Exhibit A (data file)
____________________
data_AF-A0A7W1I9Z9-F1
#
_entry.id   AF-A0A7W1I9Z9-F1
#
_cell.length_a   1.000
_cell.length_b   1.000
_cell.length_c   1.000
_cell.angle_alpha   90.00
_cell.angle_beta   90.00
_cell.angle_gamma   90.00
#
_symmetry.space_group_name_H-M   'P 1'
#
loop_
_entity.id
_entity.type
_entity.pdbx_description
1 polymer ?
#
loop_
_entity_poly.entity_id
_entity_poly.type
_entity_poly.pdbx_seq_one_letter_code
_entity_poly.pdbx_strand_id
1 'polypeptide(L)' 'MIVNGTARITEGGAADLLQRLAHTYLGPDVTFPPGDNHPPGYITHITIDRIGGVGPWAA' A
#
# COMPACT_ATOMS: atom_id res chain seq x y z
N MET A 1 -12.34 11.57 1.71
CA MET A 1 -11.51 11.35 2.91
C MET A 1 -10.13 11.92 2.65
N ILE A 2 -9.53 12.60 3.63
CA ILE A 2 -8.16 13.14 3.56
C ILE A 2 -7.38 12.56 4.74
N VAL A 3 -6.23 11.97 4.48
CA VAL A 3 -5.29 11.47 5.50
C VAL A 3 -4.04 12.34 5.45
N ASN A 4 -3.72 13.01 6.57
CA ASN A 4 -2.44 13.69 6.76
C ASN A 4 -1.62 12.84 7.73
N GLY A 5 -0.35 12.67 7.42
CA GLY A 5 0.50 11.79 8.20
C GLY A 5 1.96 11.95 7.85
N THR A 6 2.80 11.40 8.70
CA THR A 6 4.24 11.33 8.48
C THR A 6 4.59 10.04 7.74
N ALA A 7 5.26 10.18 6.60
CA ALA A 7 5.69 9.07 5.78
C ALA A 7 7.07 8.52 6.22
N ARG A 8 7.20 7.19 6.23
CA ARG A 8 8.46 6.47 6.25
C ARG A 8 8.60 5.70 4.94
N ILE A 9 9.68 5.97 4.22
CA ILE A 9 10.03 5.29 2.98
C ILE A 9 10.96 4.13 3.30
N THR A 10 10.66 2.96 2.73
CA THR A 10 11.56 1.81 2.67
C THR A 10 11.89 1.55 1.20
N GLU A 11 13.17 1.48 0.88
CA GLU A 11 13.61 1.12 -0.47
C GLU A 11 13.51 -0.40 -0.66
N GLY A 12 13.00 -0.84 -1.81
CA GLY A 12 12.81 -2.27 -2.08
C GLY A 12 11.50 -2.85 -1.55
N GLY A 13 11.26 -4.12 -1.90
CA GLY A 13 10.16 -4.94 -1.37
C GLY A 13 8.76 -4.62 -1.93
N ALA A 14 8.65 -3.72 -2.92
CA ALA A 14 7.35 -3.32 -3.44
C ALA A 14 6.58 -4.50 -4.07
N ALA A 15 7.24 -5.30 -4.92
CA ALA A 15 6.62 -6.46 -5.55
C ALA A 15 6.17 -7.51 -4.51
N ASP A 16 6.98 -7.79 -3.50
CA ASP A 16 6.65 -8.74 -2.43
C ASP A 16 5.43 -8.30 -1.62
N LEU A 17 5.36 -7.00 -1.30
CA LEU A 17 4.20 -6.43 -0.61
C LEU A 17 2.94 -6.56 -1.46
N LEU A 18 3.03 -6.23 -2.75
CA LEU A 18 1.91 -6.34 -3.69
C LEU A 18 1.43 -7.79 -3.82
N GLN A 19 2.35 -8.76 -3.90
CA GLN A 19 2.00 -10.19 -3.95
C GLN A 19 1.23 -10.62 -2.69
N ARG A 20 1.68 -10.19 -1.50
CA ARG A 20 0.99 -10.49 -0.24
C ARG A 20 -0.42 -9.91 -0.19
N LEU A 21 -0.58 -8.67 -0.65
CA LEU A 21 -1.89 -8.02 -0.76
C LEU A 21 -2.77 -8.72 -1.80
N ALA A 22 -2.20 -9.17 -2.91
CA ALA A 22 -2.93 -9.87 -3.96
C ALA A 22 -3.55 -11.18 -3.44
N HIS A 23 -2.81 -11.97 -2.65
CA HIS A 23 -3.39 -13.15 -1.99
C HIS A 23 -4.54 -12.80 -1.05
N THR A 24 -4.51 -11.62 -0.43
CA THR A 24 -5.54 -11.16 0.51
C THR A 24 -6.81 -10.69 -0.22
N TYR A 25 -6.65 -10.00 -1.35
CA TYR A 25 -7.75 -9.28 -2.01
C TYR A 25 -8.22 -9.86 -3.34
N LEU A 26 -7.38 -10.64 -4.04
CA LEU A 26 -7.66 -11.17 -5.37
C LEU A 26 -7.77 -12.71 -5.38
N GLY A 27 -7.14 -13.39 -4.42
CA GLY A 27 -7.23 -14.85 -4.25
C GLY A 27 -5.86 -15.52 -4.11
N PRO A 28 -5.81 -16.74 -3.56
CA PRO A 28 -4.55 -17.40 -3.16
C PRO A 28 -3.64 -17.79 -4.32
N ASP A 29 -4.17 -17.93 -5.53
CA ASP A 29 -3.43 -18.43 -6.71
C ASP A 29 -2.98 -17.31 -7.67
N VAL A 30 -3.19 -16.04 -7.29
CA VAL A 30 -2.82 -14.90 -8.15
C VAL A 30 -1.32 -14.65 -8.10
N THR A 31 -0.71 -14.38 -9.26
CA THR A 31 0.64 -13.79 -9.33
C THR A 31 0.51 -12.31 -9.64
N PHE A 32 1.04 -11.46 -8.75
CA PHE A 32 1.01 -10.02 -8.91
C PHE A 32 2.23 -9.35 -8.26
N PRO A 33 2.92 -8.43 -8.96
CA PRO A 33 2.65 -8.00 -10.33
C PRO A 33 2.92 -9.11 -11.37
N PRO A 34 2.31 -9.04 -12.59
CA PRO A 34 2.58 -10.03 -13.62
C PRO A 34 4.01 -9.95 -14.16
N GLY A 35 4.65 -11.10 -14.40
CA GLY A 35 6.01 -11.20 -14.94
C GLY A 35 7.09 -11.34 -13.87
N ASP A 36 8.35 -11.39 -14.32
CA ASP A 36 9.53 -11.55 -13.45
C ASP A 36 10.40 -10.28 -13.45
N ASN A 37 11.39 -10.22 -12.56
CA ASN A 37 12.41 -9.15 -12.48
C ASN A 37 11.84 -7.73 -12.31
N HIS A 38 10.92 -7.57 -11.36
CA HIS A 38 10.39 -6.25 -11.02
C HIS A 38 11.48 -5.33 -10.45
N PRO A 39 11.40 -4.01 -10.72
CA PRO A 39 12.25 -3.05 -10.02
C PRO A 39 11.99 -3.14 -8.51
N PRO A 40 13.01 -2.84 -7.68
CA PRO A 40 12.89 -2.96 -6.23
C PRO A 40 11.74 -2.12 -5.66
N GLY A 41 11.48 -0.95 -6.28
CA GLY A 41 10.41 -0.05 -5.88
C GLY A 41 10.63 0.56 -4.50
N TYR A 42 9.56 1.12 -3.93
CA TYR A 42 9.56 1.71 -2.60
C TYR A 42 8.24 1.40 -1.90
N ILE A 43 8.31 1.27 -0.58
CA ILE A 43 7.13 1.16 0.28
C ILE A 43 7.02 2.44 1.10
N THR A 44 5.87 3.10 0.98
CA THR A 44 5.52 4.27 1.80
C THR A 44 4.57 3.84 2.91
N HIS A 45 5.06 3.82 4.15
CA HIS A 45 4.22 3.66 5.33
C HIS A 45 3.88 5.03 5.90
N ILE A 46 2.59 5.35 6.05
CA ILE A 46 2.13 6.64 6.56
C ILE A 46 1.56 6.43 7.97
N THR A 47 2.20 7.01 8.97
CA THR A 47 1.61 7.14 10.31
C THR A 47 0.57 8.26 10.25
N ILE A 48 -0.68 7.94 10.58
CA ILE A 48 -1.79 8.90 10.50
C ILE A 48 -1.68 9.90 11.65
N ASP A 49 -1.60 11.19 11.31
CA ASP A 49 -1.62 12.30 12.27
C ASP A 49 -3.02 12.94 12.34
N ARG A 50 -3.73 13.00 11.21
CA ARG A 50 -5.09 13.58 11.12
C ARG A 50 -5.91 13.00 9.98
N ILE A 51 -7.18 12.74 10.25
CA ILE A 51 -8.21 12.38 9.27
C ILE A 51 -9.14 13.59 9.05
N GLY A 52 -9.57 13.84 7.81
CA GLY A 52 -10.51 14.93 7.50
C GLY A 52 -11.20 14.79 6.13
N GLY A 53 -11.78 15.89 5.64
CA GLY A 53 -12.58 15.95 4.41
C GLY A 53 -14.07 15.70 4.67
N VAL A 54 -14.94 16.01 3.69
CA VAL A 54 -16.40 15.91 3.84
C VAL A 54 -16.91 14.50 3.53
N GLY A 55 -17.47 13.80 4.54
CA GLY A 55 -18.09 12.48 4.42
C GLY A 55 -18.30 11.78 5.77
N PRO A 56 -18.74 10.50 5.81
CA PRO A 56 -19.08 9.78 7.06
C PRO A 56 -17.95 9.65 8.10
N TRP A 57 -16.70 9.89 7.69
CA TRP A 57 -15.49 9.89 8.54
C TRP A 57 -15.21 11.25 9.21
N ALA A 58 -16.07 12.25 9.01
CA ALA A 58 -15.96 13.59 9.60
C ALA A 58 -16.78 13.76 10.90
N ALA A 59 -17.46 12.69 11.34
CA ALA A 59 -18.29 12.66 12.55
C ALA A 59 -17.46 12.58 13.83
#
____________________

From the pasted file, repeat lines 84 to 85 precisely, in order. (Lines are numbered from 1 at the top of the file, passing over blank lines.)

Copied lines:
C GLN A 19 1.23 -10.62 -2.69
N ARG A 20 1.68 -10.19 -1.50